The Matanuska Brewing Company Anchorage (formerly the Anchorage Alehouse) is a far cry from Airport Pizza, owner Matt Tomter’s first dining venture. That iconic Alaska eatery, based in Nome, famously flew pizzas out to hungry diners in remote Alaska outposts. The new Midtown restaurant is part of a growing family of pubs serving their own beer, which is brewed at the former Matanuska Maid Creamery in Palmer. Part sports bar, part burger joint, part pizzeria and part burgeoning music venue, the Matanuska Brewing Company is attempting to cover a lot of bases. Instead of providing pizza for a geographically challenged few, the restaurant strives to provide something for everyone.
This makes for an interesting and dynamic spot, but also one that occasionally seems to be spreading itself too thin.
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The space is clean and contemporary, with a warm color palate, surprisingly elegant beer-centric artwork, and a few whimsical touches (I love the stack of weathered kegs behind the main stage and the vintage payphone in the arctic entry). But despite the major overhaul, there lingers the ghost of chain-restaurants past. Currently, it lacks the patina that makes a restaurant feel lived-in and welcoming. To put it another way, it still has that new-car smell. After being seated and orienting ourselves, I mused to my daughter that it felt a bit like an airport bar. “But your favorite airport bar,” my daughter said, which sums it up nicely.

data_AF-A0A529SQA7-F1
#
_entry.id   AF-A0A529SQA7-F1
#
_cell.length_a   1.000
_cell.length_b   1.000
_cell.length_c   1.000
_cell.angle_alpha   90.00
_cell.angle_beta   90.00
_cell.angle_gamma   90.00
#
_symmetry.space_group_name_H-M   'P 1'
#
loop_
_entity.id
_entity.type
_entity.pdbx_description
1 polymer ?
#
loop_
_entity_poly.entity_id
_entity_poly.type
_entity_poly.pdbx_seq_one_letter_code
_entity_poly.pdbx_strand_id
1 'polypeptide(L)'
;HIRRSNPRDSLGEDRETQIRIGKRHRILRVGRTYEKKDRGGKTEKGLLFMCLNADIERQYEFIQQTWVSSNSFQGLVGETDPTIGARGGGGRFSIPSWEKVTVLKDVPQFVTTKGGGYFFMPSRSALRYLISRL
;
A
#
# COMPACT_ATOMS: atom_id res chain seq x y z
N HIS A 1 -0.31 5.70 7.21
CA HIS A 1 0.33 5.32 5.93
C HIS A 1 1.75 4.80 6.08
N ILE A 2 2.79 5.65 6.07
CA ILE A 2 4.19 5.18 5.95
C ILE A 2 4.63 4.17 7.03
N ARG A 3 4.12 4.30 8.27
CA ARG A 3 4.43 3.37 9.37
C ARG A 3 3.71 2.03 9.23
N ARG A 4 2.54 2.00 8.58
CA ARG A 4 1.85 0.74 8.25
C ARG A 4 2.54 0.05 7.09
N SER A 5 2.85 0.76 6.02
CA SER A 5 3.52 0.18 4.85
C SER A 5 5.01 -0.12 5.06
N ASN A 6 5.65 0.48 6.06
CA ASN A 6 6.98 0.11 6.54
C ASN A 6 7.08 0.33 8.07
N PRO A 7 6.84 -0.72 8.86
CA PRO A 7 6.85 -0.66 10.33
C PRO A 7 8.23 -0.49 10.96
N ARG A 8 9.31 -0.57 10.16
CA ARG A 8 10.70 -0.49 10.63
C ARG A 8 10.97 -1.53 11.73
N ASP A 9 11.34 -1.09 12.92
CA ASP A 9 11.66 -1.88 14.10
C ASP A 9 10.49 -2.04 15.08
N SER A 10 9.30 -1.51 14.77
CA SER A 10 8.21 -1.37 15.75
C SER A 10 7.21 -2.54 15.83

The menu offers your standard pub fare – burgers, tacos, pizza, and salads – with a few outliers like Pork Belly Burnt Ends ($13) and roasted Brussels sprouts ($10) with a poached egg and hollandaise sauce which, of course, we had to order. To follow, I opted for a classic Caesar salad ($10), and my daughter went for a basic bacon cheeseburger ($15).
In the dining room (we were seated on the bar side), guitarist/vocalist Pierre Bidondo was affably entertaining the crowd with some low-key rock standards (think the Eagles) and managing to be engaging without being intrusive, a difficult needle to thread. The bar routinely books dinner-hour acoustic entertainment, so look for acts like Jared Woods, Ken Peltier, and Steven Bacon if you enjoy a little song with your stout.
The meal started promisingly. The pork belly burnt ends were an unequivocal hit. The pork was crispy in spots and tender in others with a mellow, buttery flavor. The meat was smothered in a sweet, smoky barbecue sauce with just enough kick to make it lively, but not so much that it masked the subtle flavor of the pork. Heaped on top were crispy threads of sweet onions, which I would eat by the basketful.
The roasted Brussels sprouts were also a winner and a rather elegant take on bar food. The sprouts were charred perfectly, giving them an assertive flavor that provided contrast to the creamy hollandaise sauce. The yolks from the poached eggs added richness to the sauce and turned this “vegetable” dish into a decadent indulgence.
Then the meal went a little pear-shaped.
The salad was, basically, a non-entity. A good Caesar salad is tangy, garlicky, rich with emulsified egg yolk, and savory with umami kick from the anchovy. This was not that. The dressing was bland, and the shredded Parmesan didn’t taste or look freshly grated as described on the menu.